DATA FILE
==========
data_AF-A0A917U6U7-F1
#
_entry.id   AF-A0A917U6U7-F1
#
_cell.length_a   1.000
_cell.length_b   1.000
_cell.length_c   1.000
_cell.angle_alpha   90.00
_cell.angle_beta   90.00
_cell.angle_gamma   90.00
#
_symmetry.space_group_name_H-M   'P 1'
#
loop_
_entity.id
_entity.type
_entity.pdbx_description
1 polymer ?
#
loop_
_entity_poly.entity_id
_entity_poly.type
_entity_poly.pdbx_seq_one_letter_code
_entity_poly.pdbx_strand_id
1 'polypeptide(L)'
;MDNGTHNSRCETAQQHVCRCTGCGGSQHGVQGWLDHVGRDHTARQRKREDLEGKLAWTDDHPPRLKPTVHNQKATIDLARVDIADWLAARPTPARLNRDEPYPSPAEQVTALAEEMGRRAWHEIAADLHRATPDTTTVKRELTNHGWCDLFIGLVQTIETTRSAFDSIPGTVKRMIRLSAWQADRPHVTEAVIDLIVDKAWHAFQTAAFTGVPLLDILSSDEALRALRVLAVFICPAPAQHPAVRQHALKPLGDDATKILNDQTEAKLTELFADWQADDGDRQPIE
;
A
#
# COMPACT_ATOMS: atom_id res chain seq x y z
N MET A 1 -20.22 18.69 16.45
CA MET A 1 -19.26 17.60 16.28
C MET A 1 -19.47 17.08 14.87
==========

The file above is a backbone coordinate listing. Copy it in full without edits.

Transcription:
data_AF-A0A917U6U7-F1
#
_entry.id   AF-A0A917U6U7-F1
#
_cell.length_a   1.000
_cell.length_b   1.000
_cell.length_c   1.000
_cell.angle_alpha   90.00
_cell.angle_beta   90.00
_cell.angle_gamma   90.00
#
_symmetry.space_group_name_H-M   'P 1'
#
loop_
_entity.id
_entity.type
_entity.pdbx_description
1 polymer ?
#
loop_
_entity_poly.entity_id
_entity_poly.type
_entity_poly.pdbx_seq_one_letter_code
_entity_poly.pdbx_strand_id
1 'polypeptide(L)'
;MDNGTHNSRCETAQQHVCRCTGCGGSQHGVQGWLDHVGRDHTARQRKREDLEGKLAWTDDHPPRLKPTVHNQKATIDLARVDIADWLAARPTPARLNRDEPYPSPAEQVTALAEEMGRRAWHEIAADLHRATPDTTTVKRELTNHGWCDLFIGLVQTIETTRSAFDSIPGTVKRMIRLSAWQADRPHVTEAVIDLIVDKAWHAFQTAAFTGVPLLDILSSDEALRALRVLAVFICPAPAQHPAVRQHALKPLGDDATKILNDQTEAKLTELFADWQADDGDRQPIE
;
A
#
# COMPACT_ATOMS: atom_id res chain seq x y z
N MET A 1 -20.22 18.69 16.45
CA MET A 1 -19.26 17.60 16.28
C MET A 1 -19.47 17.08 14.87